Short answer: maybe even better than the one he already is.
Given how Hamilton's hitting is right around league average, maybe this makes you skeptical. But you have to remember this guy's main source of value isn't his bat. It's his legs.
And those have lived up to the hype.
By virtue of his 34 stolen bases and other good baserunning plays, FanGraphs has Hamilton's baserunning value at 4.7 runs above average. That's good for fourth in MLB. This would be the statistical way of saying something we expected to be saying: Yup, Hamilton's baserunning is a huge asset.
Then there's his defense. He rates as easily the best defensive center fielder in baseball, and that's believable for two reasons:
- Hamilton is first among center fielders in ultimate zone rating and tied for first in defensive runs saved.
- He certainly passes the eye test.
The arm Hamilton used to need at shortstop has proved to be a weapon in center field, and goodness knows his speed allows him to cover quite a bit of ground.
If we take Hamilton's first-half WAR of 2.9 and project it out over the second half, we get a WAR of just under 6.0. By FanGraphs' typical guidelines, that's a WAR of a star-level player.
And remember, this is assuming that Hamilton's hitting only stays right around league average. Even if he never gets better than he's been, he can still be a star. As mind-boggling as that may be, well, that's Hamilton's speed for you. It's a source of value as powerful as any in the game today.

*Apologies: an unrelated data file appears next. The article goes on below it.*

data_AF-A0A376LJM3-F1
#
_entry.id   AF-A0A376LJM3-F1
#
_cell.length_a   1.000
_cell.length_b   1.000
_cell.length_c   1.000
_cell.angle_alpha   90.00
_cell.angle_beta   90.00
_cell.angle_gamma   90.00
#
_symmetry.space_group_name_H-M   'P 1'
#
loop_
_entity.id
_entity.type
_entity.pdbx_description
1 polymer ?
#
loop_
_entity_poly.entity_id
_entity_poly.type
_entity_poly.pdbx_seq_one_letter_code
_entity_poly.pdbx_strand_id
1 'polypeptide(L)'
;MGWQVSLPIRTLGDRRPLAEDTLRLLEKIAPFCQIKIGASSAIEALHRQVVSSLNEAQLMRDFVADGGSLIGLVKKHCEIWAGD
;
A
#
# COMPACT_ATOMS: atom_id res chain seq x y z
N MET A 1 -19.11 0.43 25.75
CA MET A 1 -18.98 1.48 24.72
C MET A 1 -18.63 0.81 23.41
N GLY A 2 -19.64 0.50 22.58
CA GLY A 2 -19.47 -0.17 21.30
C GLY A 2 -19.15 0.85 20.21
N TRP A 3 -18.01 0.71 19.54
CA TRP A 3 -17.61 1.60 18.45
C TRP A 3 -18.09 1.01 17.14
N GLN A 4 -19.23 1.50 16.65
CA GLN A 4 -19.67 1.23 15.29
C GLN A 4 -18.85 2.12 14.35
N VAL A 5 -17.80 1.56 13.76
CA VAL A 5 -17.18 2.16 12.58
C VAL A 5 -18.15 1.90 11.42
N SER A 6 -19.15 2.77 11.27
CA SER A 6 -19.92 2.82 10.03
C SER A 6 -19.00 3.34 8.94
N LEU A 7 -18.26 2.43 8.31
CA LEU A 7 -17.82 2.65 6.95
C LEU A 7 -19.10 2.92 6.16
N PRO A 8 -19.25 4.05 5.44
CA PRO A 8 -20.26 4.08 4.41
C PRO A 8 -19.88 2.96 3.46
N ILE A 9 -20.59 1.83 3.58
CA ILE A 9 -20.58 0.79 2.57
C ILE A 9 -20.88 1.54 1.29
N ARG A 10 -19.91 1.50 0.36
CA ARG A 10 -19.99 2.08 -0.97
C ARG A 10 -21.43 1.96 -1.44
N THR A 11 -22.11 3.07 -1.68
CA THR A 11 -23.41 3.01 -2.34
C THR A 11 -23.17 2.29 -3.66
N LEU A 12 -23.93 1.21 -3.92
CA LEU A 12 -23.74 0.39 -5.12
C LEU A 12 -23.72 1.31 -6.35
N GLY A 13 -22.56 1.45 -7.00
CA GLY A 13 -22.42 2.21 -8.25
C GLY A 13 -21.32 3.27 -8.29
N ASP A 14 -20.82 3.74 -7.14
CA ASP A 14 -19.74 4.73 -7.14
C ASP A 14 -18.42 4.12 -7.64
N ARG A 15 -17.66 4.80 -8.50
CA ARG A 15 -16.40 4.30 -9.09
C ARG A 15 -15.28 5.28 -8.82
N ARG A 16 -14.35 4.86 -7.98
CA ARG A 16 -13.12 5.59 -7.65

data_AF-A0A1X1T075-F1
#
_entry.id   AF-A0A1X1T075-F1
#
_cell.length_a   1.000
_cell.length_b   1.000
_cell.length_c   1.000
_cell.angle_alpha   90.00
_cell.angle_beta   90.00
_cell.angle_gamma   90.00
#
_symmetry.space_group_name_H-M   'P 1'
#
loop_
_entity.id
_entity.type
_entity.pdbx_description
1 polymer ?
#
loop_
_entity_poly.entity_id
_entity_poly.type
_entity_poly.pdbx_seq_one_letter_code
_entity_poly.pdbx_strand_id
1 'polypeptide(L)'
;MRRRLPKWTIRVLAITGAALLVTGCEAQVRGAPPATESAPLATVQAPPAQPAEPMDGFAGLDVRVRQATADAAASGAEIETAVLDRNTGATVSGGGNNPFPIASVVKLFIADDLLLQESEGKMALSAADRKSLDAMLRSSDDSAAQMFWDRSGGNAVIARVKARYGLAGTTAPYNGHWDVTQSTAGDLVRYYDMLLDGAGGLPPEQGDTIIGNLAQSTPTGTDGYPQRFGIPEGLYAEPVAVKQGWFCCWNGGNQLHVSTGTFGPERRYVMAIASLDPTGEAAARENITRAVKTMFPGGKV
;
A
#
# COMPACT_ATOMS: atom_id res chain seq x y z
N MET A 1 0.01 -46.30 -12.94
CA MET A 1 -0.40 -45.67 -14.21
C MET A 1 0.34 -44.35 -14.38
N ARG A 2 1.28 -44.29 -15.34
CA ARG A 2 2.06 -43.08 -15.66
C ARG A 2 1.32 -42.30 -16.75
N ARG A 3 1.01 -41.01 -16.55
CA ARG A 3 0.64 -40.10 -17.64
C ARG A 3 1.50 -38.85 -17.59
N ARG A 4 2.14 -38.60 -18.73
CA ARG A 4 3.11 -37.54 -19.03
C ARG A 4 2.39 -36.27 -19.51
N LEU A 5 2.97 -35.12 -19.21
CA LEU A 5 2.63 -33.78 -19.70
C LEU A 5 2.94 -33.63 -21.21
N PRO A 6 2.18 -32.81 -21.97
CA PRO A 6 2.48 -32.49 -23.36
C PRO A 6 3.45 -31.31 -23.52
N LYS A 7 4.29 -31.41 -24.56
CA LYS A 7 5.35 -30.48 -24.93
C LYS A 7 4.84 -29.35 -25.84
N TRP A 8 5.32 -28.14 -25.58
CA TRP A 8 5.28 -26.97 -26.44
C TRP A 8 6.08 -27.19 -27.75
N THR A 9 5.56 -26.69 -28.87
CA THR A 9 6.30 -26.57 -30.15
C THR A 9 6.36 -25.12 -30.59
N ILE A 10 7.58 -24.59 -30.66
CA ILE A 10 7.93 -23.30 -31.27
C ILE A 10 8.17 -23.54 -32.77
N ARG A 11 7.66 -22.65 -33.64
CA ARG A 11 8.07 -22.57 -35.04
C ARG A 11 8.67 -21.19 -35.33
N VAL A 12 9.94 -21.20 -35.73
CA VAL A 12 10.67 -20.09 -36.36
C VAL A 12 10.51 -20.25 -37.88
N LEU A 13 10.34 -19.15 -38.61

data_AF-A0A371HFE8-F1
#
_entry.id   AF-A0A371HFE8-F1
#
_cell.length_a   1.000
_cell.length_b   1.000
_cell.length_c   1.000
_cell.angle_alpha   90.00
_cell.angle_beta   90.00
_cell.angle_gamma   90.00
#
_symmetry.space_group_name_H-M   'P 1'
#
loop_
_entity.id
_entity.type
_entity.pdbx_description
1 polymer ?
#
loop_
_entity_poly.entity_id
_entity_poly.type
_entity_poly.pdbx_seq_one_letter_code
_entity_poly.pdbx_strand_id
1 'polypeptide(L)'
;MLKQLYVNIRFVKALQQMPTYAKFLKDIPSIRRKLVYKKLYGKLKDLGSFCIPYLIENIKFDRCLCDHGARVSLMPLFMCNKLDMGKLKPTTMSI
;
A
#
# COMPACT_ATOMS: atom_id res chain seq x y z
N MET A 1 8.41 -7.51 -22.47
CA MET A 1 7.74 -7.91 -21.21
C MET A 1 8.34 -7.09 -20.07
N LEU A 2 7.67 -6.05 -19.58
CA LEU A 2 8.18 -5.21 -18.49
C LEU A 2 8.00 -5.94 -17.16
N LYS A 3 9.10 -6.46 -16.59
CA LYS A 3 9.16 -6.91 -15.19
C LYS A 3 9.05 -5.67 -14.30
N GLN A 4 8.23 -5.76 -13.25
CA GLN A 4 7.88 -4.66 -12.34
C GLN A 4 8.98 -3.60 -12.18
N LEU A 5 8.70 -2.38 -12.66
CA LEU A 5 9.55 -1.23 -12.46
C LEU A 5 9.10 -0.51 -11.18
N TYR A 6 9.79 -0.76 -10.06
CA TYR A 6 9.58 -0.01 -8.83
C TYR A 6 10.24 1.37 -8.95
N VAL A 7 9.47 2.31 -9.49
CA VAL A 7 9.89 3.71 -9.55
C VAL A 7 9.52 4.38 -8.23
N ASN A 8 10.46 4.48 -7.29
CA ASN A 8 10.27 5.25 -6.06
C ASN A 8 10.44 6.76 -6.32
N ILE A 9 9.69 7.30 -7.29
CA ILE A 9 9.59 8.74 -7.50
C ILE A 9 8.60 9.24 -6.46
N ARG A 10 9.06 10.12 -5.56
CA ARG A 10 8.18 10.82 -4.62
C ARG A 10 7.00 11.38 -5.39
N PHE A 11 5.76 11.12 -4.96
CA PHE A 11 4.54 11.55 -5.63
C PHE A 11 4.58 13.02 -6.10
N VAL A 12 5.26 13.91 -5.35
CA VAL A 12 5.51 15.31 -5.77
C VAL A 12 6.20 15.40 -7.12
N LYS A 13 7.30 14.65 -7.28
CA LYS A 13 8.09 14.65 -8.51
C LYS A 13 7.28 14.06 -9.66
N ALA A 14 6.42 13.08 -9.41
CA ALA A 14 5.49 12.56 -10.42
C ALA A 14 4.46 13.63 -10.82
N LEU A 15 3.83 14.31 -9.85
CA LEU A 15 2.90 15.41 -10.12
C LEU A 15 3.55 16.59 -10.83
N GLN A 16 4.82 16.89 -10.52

The scary thought is how good Hamilton can be with an above-average bat.
Since that's what he's been packing in June, we actually have a solid idea. With above-average offense added to his baserunning and defense, FanGraphs has Hamilton's June WAR at 1.6. Over a full season, a good-hitting, good-running, good-fielding Hamilton could thus be worth easily more than 6.0 WAR.
Yup. His ceiling is not that of a mere star-level player. It's that of a superstar-level player.
At the least, what Hamilton has done with his offensive surge is show that there's more to him than just his speed. In showing he can hit, he's shown he belongs and that he can more than earn his keep.
And then there's the even higher potential that Hamilton has shown this month. If that ends up being no mere tease, he's a player we're going to be talking about for a long time.
Note: Stats courtesy of Baseball-Reference.com unless otherwise noted/linked.